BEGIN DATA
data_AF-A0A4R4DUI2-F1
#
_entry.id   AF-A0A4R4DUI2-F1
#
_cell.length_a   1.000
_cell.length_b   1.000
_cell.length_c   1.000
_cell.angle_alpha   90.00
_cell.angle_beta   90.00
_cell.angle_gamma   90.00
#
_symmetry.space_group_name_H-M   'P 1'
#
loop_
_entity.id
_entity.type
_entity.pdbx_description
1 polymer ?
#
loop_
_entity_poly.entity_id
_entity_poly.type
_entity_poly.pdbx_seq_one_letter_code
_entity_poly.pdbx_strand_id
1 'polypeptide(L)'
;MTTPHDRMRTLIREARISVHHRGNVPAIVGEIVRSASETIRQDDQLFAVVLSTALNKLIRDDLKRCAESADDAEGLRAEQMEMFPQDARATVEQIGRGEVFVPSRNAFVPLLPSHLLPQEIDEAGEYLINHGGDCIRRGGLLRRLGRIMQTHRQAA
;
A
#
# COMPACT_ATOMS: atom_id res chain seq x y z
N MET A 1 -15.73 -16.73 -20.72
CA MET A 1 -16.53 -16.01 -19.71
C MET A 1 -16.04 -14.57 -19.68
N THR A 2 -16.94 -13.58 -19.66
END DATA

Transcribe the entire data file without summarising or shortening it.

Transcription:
data_AF-A0A4R4DUI2-F1
#
_entry.id   AF-A0A4R4DUI2-F1
#
_cell.length_a   1.000
_cell.length_b   1.000
_cell.length_c   1.000
_cell.angle_alpha   90.00
_cell.angle_beta   90.00
_cell.angle_gamma   90.00
#
_symmetry.space_group_name_H-M   'P 1'
#
loop_
_entity.id
_entity.type
_entity.pdbx_description
1 polymer ?
#
loop_
_entity_poly.entity_id
_entity_poly.type
_entity_poly.pdbx_seq_one_letter_code
_entity_poly.pdbx_strand_id
1 'polypeptide(L)'
;MTTPHDRMRTLIREARISVHHRGNVPAIVGEIVRSASETIRQDDQLFAVVLSTALNKLIRDDLKRCAESADDAEGLRAEQMEMFPQDARATVEQIGRGEVFVPSRNAFVPLLPSHLLPQEIDEAGEYLINHGGDCIRRGGLLRRLGRIMQTHRQAA
;
A
#
# COMPACT_ATOMS: atom_id res chain seq x y z
N MET A 1 -15.73 -16.73 -20.72
CA MET A 1 -16.53 -16.01 -19.71
C MET A 1 -16.04 -14.57 -19.68
N THR A 2 -16.94 -13.58 -19.66